An Environmental Legacy
Midwest Metal Products combines environmental consciousness with solid business decision making
By Lynn Shelton
Enterprise Minnesota's Vice President of Marketing
(Lynn Shelton, vice president of marketing, Enterprise Minnesota)
Sometime later this year Winona-based Midwest Metal Products, Inc. will become the first commercially operating foundry in America that is run completely by solar power.
CEO and owner Joe Plunger says his decision was based partly on being a good corporate citizen and partly on identifying a source of finding a way to save on his $30,000 monthly energy bill for his melt-based foundry. “We consume a lot of energy,” he said.
Plunger was one of four manufacturing executives who made presentations at Enterprise Minnesota’s business event called “Your Business Strategy: On Purpose or by Accident” last week at Great River Energy in Maple Grove. (We had an overflow crowd of 62 people. Our next event, “How to Maximize Your Production Capacity,” will be 8-10:30 AM, Tuesday, December 12 at the Holiday Inn Express & Suites in Shakopee.)
Plunger says that being environmentally conscious is part of the sustaining (but underappreciated) legacy of America’s foundries, that have a “long historic path of being recyclers and good environmental citizens.”
“When you think about it, foundries are kind of the ultimate recycler, to begin with,” he says. “We take scrap steel and we turn it into nice beautiful durable goods that all of you need.”
Plunger’s involvement began when developers related to Minnesota’s 2013 solar initiative recruited Midwest Metal Products to take part in the program. These developers would create regional “solar gardens” for which businesses can subscribe for their energy.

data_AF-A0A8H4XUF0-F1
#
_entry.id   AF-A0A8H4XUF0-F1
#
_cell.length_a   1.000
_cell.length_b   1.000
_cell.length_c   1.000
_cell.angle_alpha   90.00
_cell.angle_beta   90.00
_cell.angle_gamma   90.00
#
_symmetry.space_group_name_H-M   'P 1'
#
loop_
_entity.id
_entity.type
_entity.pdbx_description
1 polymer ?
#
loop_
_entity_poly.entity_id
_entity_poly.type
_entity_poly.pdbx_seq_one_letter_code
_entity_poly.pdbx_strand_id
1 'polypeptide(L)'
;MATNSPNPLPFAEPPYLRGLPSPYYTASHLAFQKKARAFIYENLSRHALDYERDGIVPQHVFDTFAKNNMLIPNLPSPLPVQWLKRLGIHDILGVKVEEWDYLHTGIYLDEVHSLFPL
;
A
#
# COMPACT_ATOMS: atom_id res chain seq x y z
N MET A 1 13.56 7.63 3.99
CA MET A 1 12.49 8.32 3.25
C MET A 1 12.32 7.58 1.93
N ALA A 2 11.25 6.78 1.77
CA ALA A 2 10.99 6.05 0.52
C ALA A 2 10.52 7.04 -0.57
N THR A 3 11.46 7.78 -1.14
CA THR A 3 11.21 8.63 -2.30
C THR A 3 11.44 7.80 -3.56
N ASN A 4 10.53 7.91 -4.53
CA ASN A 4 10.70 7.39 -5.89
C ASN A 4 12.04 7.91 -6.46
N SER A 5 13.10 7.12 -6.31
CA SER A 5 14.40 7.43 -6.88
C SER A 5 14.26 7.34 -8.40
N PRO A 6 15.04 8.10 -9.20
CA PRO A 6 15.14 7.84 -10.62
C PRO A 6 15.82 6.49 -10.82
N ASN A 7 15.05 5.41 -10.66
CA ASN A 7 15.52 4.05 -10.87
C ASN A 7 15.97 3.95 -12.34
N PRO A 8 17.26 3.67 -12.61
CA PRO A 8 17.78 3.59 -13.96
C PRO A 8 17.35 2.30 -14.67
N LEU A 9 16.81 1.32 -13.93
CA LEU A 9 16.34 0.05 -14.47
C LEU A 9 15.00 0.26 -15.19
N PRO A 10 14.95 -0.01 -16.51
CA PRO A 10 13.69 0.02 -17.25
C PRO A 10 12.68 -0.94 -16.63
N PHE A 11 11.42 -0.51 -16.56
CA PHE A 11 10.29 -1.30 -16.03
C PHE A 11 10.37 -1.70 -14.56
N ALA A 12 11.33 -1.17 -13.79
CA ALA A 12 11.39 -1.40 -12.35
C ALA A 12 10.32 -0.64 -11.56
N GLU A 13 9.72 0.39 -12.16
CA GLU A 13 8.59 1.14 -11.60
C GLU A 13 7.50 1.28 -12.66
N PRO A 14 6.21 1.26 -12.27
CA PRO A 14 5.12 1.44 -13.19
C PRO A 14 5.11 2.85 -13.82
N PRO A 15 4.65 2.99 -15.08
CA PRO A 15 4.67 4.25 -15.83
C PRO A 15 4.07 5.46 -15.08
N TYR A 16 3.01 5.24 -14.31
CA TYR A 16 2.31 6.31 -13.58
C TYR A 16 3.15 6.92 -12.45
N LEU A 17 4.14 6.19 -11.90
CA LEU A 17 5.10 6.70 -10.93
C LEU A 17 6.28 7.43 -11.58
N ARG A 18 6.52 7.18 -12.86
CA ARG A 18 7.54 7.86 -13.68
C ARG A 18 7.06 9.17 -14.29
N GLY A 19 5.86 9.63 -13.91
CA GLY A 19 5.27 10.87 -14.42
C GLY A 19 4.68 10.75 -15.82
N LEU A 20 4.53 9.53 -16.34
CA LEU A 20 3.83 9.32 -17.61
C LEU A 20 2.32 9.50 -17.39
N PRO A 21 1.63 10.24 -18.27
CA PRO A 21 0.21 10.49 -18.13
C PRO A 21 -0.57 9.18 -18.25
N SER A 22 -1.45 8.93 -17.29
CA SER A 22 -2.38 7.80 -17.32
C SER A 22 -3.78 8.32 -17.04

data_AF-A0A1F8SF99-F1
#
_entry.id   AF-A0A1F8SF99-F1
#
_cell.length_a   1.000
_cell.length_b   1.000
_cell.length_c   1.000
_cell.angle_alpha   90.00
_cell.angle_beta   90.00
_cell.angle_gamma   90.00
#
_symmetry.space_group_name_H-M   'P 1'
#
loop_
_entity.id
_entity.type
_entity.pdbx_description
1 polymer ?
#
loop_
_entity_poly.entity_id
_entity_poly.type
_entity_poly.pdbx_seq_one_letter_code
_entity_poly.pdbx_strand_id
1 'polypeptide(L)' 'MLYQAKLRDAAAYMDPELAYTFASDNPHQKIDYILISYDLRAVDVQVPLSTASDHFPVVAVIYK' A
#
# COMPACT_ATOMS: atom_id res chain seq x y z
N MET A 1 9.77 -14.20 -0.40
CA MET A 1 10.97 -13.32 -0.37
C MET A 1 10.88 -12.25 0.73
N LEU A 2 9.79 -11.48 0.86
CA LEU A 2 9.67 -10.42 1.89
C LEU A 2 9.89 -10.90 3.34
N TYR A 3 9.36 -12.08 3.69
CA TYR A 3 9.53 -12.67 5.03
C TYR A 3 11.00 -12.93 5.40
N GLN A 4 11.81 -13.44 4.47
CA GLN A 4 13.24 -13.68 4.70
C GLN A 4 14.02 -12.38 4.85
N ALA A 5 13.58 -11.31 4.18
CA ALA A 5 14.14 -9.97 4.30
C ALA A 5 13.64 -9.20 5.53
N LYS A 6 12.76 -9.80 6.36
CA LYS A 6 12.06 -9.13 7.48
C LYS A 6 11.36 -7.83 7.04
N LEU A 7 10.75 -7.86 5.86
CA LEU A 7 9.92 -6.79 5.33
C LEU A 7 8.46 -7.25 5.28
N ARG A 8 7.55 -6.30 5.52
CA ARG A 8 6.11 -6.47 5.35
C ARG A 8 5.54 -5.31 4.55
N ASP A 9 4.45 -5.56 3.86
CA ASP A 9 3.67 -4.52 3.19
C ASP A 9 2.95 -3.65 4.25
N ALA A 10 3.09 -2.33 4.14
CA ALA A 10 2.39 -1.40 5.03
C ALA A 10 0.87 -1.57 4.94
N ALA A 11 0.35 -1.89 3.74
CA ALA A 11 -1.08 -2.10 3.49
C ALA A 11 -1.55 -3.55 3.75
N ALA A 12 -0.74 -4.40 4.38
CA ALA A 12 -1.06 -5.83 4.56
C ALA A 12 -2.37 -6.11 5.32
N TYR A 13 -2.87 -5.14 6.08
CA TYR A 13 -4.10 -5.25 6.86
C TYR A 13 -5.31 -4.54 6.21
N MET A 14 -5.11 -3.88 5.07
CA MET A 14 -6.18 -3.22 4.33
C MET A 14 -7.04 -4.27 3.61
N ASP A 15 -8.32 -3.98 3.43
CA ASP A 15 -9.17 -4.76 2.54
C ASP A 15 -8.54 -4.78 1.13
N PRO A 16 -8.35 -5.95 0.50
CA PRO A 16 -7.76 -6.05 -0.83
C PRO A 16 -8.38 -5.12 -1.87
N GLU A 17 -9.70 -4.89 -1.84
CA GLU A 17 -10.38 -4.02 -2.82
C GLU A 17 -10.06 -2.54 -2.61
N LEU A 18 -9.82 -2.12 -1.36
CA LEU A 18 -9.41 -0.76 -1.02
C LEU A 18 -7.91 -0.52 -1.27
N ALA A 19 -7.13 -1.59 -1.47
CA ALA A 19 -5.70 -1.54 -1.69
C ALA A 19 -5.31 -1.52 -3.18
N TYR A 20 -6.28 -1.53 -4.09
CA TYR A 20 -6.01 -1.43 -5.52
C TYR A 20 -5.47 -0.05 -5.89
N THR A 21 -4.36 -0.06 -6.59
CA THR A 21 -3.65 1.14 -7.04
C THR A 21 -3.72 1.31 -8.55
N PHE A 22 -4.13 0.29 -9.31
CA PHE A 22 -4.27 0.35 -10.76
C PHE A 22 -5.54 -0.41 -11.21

He ultimately signed up with Geronimo Energy, a “green” energy supplier based in Edina.
Issues around the project generated a hurdle for a company as big as Midwest Metal Products to participate. State regulations would not allow huge acreages of solar panels, so the company had to sign up for relationships with several “gardens.” In addition, no single subscriber could consume more than 40 percent of the energy from a single garden, so Plunger signed up for four.
Plunger says that for the next 25 years, he will save one penny below the prevailing rate for every kilowatt he consumes. For someone paying $30,000 per month for energy, that will mean a savings of about $25,000 per year.
Plunger is also innovating environmental pathways to reclaiming the sand used in forms. He has teamed with Milt Mathis, a retired engineer from 3M. Plunger, a metallurgist by training, had seen a proof of concept project regarding Mathis’s technology to recover gold from gold mine tailings.
“When I saw this, I said, ‘Hey, I know there's something there,’” he recalled.
Foundry sand retains a resin of phenolic urethane, he says, calling it a volatile material.
“So when you put molten iron or molten steel against it, it creates some combustion products and gasses off,” he adds, explaining that once the sand is used, and you break it back down to granular it retains that resin. “You have to put more resin on it to bind it again so you can make another shape. And that means that it's carrying extra volatile material, and that degrades the properties of the sand mold some.”
The process weakens the sand, he says, making it subject to creating more gas, “which ultimately could be a problem for defects in castings.”
His thermal reclamation project removes that resin from the sand, leaving an “almost virgin material to reintroduce into the process, which then has the ability to develop better properties for the user.”
Eventually, the sand will break down, he says, but it is reusable “almost forever, and you have to just add a little percentage of new sand for the stuff that is broken down to the point where the dust collection pulls it out of the system.”
How to Maximize Your Production Capacity
Tuesday, December 12, 2017
8:00 a.m. - 10:30 a.m.
Holiday Inn Express & Suites
4550 12th Ave E
Shakopee, MN 55379
What to Expect
Many manufacturers have integrated lean practices throughout their business, but is your organization empowering employees to make continuous improvement a daily priority?
Come learn from manufacturing executives on how you can take the next steps on your lean journey and:
- Increase employee skills and behaviors that align with company values;
- Increase focus on value-added activities; and
- Improve productivity company-wide.
Sam Gould, an Enterprise Minnesota continuous improvement expert, will moderate this event.
Click here to register